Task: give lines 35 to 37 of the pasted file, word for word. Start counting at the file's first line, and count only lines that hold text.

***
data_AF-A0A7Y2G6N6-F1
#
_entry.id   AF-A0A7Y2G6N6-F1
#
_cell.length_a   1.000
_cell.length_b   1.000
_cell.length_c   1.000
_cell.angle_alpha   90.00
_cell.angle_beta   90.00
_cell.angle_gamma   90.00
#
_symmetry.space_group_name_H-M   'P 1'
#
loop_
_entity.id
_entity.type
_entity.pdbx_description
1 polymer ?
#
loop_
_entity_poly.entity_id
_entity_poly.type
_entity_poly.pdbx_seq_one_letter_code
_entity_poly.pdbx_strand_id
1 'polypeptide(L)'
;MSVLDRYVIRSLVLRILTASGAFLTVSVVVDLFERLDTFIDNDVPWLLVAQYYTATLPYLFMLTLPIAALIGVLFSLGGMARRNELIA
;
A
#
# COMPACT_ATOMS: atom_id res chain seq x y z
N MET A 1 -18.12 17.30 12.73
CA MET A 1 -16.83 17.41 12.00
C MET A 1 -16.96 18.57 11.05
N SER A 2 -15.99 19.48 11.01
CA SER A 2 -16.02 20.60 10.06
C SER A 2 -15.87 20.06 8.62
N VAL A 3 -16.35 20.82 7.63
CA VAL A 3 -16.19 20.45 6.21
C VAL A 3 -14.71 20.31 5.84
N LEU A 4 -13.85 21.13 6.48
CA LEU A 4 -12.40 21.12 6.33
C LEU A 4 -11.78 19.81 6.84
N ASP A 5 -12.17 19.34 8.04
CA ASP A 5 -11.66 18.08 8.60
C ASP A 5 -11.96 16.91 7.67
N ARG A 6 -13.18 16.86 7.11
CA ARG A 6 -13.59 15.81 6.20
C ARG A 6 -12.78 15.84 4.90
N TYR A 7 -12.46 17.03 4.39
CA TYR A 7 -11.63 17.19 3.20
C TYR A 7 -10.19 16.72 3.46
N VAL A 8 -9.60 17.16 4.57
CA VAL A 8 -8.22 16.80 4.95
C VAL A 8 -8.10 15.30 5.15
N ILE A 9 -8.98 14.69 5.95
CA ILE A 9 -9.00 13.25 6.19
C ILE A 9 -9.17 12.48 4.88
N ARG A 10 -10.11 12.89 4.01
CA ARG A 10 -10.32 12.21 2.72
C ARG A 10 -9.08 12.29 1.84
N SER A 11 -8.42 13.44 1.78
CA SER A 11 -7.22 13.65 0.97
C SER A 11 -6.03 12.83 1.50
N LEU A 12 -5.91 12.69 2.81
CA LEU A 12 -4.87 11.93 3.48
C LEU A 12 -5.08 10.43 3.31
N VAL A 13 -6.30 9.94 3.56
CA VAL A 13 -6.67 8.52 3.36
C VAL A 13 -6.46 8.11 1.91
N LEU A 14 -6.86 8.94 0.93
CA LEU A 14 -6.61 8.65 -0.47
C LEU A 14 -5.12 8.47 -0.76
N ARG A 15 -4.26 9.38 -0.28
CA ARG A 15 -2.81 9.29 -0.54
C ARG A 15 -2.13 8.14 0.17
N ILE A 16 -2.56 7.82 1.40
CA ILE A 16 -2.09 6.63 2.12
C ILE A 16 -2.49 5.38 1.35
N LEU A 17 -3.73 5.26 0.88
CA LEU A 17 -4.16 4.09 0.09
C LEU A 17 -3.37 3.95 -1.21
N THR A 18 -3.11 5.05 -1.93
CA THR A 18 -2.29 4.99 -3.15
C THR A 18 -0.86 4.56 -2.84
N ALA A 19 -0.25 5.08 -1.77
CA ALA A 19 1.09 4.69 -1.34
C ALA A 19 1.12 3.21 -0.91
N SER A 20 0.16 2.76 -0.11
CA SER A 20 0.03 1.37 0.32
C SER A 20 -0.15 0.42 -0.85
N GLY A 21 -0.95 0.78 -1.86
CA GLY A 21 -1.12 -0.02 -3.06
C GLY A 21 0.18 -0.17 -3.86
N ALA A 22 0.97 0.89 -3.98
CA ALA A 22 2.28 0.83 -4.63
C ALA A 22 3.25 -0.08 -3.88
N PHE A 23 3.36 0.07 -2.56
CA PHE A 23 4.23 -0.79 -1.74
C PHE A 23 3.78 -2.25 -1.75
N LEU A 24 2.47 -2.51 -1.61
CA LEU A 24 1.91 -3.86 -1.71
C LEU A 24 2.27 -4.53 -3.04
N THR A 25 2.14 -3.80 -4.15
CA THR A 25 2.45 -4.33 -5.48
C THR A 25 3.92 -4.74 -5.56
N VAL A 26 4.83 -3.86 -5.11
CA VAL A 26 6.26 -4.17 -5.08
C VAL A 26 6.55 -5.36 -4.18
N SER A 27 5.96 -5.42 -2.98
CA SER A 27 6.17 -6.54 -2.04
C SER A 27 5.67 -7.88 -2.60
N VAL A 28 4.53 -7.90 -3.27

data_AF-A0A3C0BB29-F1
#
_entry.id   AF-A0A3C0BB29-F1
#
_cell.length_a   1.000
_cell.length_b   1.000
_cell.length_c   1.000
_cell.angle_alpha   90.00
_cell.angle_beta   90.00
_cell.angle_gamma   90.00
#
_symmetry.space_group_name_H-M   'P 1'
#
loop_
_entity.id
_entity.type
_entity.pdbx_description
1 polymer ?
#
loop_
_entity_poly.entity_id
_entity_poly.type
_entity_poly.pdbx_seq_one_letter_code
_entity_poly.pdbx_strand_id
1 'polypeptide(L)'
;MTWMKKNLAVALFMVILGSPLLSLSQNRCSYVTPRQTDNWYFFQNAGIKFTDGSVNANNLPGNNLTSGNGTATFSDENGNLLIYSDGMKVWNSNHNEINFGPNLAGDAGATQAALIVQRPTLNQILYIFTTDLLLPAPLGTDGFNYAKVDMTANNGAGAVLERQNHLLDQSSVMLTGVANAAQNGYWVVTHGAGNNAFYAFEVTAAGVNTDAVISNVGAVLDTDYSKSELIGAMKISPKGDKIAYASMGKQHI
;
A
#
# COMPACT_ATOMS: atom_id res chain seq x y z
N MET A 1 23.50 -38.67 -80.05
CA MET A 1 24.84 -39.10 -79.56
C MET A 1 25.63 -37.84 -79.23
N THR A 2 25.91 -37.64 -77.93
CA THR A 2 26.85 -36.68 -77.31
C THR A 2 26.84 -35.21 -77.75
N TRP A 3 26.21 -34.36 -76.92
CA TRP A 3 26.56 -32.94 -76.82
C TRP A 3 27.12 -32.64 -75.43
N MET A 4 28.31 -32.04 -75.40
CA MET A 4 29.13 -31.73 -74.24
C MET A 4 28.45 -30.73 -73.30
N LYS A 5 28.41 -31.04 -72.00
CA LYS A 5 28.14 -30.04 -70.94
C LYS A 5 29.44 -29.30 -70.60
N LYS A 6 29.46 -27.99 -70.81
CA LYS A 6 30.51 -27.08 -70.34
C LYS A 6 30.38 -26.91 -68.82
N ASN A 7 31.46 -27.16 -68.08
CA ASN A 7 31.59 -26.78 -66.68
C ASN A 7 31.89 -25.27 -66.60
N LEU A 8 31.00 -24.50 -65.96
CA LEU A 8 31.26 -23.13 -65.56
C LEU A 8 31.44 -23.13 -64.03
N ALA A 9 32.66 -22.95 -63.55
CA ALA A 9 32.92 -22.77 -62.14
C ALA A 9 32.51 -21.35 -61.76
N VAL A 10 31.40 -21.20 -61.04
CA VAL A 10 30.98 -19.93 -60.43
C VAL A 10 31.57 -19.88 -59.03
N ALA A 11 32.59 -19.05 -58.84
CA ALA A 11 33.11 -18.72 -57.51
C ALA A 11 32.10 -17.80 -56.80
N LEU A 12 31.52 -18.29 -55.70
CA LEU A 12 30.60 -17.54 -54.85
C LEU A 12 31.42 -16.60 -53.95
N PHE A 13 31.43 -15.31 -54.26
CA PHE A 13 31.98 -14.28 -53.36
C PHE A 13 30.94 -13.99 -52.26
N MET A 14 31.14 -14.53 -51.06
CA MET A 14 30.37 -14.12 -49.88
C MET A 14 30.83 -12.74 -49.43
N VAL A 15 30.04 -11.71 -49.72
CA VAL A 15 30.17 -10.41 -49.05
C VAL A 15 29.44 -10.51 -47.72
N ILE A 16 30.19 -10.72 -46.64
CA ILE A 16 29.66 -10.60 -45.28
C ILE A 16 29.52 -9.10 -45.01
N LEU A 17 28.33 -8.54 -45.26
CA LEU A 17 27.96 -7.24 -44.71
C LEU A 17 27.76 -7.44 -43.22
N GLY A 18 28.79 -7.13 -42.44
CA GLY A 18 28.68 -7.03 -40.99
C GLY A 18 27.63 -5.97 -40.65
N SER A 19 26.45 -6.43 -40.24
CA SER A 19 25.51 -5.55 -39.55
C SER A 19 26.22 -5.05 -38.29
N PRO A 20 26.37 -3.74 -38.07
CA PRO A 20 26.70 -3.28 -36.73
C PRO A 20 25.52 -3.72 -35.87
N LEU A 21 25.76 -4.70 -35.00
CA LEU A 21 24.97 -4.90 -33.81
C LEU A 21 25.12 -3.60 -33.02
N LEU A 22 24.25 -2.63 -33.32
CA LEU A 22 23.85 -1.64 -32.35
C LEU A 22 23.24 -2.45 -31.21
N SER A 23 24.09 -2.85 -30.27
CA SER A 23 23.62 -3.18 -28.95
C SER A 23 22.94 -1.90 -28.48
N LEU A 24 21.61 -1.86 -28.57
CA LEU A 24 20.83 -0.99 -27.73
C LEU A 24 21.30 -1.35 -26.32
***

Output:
CA SER A 2 -16.02 20.60 10.06
C SER A 2 -15.87 20.06 8.62
N VAL A 3 -16.35 20.82 7.63